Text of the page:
Protection from Transient Voltages

By: Gaurav Kulshrestha, Innovation Manager of RECOM Power

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The wide variety of electrical power distribution infrastructure methods that exist around the world hosts many challenges for power engineers designing products that rely on high-voltage power sources. But, regardless of the power distribution infrastructure method, high transient voltages are present in the electrical power distribution systems simply by the nature of their power sources. Transient voltages can be caused by a release in stored energy, from a variety of sources including the toggling of generators, arcing, lighting strikes etc.

Protection from Transient Voltages

To protect the electrical equipment connected to the power distribution systems from the dangerous and detrimental conditions that can be created by transient voltages, the International Electrotechnical Commission (IEC) implemented the IEC 60204-1 standard as a means of categorizing devices by their ability to tolerate transients and setting conditional category requirements. This standard, titled “Safety of Machinery – Electrical Equipment of Machines – Part 1: General Requirements”, identifies four categories of magnitude-based transient voltage tolerance at different operating voltages.

Transient Voltage tolerance at different operating voltages
Working VoltageCategory ICategory IICategory IIICategory IV
150800150025004000
3001500250040006000
6002500400060008000
100040006000800012000
Source Impedance30Ω12Ω
Table 1: Transient Voltage tolerance at different operating voltages

This chart outlines different working voltages and the tolerated transient voltage thresholds sorted by category. For example, if a device that operates at 300Vs is able to withstand 3500 transient volts, it would be considered a Category III device.

Overvoltage Category (OVC) Requirements

The main purpose of the IEC-60204-1, however, is to set condition-based requirements for devices to achieve a specific category rating to ensure safe use. As shown in the table above, all power devices and wiring must be categorized by an OVC ranking. Based on the connection conditions that the device is subjected to, it may be required by the IEC to meet a specific OVC rating. For example, if a piece of robotics machinery is directly connected to a distribution panel, the IEC-60204 requires the wiring connecting the panel and devices to be OVC III, and the power supply within the robotic machinery be rated OVC III as well.

Alternatively, if the robotic machinery power supply is not able to meet OVC III ratings, an OVC III isolation transformer must be installed in between the distribution panel and the robotic machinery. In doing so, the isolation transformer steps down the voltage from the distribution panel, and subsequently lowers the category requirement for the robotic machinery power supply and wiring to OVC II. In many instances similar to this, selection of power supply can have cost and space implications for the equipment owner, whereby they may be required to have additional isolation equipment to support end-user specifications.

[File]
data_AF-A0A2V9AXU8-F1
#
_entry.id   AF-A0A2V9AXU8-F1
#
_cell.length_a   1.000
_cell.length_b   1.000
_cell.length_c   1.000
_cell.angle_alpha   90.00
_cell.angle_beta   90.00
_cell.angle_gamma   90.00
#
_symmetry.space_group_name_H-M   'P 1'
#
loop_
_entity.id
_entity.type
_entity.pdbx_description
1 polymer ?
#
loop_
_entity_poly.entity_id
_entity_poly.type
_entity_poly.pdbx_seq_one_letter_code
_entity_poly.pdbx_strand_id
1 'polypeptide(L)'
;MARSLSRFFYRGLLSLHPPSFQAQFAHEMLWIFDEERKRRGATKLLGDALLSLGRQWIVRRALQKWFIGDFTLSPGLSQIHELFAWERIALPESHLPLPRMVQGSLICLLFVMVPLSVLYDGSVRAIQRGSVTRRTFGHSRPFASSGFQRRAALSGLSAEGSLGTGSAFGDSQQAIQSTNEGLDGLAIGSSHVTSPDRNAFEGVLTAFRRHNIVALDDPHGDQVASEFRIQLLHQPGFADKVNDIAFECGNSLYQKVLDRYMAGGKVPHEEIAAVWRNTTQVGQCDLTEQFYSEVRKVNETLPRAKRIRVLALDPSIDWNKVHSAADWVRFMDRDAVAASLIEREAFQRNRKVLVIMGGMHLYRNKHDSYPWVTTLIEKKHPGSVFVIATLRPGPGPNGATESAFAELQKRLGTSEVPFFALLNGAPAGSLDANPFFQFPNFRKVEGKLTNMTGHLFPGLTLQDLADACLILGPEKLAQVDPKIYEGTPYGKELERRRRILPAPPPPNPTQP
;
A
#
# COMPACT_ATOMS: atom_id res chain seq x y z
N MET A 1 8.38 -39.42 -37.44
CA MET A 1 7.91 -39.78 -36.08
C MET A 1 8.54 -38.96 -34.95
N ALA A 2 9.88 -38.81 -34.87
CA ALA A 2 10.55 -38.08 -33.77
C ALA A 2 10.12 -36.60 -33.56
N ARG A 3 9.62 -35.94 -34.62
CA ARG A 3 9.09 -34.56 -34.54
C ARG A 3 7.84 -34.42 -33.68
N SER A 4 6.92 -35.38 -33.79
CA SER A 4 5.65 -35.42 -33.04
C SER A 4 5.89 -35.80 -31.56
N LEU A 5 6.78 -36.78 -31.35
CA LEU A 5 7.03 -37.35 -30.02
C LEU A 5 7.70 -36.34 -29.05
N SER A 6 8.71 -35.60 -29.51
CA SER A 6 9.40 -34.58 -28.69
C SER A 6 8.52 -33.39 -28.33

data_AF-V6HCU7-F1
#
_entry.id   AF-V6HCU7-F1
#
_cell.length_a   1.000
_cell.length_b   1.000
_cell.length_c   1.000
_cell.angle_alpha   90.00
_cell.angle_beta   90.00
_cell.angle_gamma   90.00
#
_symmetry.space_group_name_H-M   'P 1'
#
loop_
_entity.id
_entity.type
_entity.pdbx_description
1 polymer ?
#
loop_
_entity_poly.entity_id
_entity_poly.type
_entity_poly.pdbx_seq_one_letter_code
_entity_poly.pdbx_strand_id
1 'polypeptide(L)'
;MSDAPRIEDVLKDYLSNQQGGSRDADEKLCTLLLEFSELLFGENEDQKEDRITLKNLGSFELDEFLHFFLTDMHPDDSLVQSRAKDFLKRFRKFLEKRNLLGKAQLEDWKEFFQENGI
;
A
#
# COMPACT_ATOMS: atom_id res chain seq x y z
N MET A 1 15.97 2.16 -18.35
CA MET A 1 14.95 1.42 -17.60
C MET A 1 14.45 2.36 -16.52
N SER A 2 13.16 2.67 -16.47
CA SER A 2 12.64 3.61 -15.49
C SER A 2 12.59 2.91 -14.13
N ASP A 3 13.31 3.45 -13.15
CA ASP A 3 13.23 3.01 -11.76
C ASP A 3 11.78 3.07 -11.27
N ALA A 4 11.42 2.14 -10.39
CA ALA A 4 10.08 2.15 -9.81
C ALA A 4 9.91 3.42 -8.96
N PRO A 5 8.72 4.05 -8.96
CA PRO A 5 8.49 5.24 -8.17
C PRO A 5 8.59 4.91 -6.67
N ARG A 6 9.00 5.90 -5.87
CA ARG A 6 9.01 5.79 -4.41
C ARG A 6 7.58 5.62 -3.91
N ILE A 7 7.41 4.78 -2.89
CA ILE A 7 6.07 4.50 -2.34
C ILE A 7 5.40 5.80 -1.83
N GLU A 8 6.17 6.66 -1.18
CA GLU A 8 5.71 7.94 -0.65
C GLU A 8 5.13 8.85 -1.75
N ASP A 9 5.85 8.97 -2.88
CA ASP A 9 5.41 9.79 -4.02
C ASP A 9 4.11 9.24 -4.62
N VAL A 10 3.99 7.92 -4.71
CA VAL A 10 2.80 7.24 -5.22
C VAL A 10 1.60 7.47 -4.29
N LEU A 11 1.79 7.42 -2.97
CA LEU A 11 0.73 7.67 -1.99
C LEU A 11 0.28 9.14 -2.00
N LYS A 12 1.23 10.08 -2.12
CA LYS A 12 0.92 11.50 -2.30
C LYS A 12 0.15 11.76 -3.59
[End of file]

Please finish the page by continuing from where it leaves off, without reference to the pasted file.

The installation categories, as defined by IEC 60204-1:2016, ordered from least likely to see high-voltage transients to most likely to see high-voltage transients, is as follows:

Category I requirements apply to equipments connected to circuits in which measures are taken to limit transient or short duration overvoltage to a low level, such as circuits that are protected from transients/overvoltage conditions.

Category II requirements apply to energy-consuming equipments to be supplied from a fixed installation such as appliances, portable tools, household loads, outlets, lighting, and connections more than 10m away from a Category III source.

Category III requirements apply to equipments in fixed installations, and where the reliability and the availability of the equipment is subject to special requirements, such as isolation transformers, switch gears, and equipment directly wired to a distribution panel.

Category IV requirements apply to equipments used at the origin of the installation to the power grid, such as electricity meters, overcurrent protection systems, utility transformers, and distribution panels. In Category IV applications, high voltage transients are very likely.

OVC III Power Supplies

RAC05-K 480

For obvious financial reasons, a system that does not require supplemental equipment to support its use has a significant competitive distinction over alternative products. Additionally, part count reduction in critical applications mitigates the possible points of failure, the use of the qualified OVC power supplies in the correct circumstances proves to be distinctly advantageous. For example, RECOM’s RAC05-K/480 Series of AC/DC Power Supplies are qualified for OVC III use with an ultrawide input range of 100-480VAC nominal and an output of 5W, with an isolation of 4kV, and an output voltage of 5, 12, or 15V. The RAC05-K/480 can be directly wired to a distribution panel for use in a variety of applications that require 5V, such as smart grid, renewable energy, smart metering, and Internet of Things (IoT) applications.

RAC10-K 277

If an application demands more power, RECOM’s RAC10-K/277 Series is capable of outputting 10W with an input voltage range of 85V – 277V, and output voltages of 3.3V – 24V. The power supplies of both RAC05-K and RAC10-K are ideal for applications with always-on and standby mode operations, such as process automation, IoT and smart building systems. Use of OVC III qualified power supplies in always-on IoT applications reduces overall cost of ownership, BOM, product complexity, and installation requirements, and can make your product distinguished amongst the competition.